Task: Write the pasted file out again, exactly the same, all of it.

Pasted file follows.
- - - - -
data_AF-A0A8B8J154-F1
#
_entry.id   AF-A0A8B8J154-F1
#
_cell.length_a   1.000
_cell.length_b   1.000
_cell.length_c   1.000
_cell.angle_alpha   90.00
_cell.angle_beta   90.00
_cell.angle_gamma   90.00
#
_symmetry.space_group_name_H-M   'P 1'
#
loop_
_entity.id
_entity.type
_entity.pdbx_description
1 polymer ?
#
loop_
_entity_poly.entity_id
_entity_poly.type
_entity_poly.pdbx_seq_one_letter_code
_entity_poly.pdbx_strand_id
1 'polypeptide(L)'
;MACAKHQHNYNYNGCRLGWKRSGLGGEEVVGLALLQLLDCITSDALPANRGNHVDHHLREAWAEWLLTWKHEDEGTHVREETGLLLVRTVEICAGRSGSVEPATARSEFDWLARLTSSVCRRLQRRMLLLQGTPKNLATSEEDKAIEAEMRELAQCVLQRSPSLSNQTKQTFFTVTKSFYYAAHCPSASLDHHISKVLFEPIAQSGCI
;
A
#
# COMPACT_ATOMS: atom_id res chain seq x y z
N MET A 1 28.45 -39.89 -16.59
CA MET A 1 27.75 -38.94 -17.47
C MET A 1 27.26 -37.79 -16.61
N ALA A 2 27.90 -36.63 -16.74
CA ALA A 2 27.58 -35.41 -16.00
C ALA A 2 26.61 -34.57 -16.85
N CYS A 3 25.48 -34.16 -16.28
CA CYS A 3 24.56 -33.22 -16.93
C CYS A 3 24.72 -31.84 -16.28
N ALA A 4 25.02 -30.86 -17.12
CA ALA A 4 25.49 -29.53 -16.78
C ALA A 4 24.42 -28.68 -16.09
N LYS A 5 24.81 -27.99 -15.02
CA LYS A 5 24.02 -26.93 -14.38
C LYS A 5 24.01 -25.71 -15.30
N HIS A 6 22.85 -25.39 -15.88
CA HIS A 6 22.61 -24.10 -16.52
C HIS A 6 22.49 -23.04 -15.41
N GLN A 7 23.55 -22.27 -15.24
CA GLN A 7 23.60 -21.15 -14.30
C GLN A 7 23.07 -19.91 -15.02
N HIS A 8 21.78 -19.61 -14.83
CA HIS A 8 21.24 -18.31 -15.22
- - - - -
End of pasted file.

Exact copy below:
data_AF-A0A8B8J154-F1
#
_entry.id   AF-A0A8B8J154-F1
#
_cell.length_a   1.000
_cell.length_b   1.000
_cell.length_c   1.000
_cell.angle_alpha   90.00
_cell.angle_beta   90.00
_cell.angle_gamma   90.00
#
_symmetry.space_group_name_H-M   'P 1'
#
loop_
_entity.id
_entity.type
_entity.pdbx_description
1 polymer ?
#
loop_
_entity_poly.entity_id
_entity_poly.type
_entity_poly.pdbx_seq_one_letter_code
_entity_poly.pdbx_strand_id
1 'polypeptide(L)'
;MACAKHQHNYNYNGCRLGWKRSGLGGEEVVGLALLQLLDCITSDALPANRGNHVDHHLREAWAEWLLTWKHEDEGTHVREETGLLLVRTVEICAGRSGSVEPATARSEFDWLARLTSSVCRRLQRRMLLLQGTPKNLATSEEDKAIEAEMRELAQCVLQRSPSLSNQTKQTFFTVTKSFYYAAHCPSASLDHHISKVLFEPIAQSGCI
;
A
#
# COMPACT_ATOMS: atom_id res chain seq x y z
N MET A 1 28.45 -39.89 -16.59
CA MET A 1 27.75 -38.94 -17.47
C MET A 1 27.26 -37.79 -16.61
N ALA A 2 27.90 -36.63 -16.74
CA ALA A 2 27.58 -35.41 -16.00
C ALA A 2 26.61 -34.57 -16.85
N CYS A 3 25.48 -34.16 -16.28
CA CYS A 3 24.56 -33.22 -16.93
C CYS A 3 24.72 -31.84 -16.28
N ALA A 4 25.02 -30.86 -17.12
CA ALA A 4 25.49 -29.53 -16.78
C ALA A 4 24.42 -28.68 -16.09
N LYS A 5 24.81 -27.99 -15.02
CA LYS A 5 24.02 -26.93 -14.38
C LYS A 5 24.01 -25.71 -15.30
N HIS A 6 22.85 -25.39 -15.88
CA HIS A 6 22.61 -24.10 -16.52
C HIS A 6 22.49 -23.04 -15.41
N GLN A 7 23.55 -22.27 -15.24
CA GLN A 7 23.60 -21.15 -14.30
C GLN A 7 23.07 -19.91 -15.02
N HIS A 8 21.78 -19.61 -14.83
CA HIS A 8 21.24 -18.31 -15.22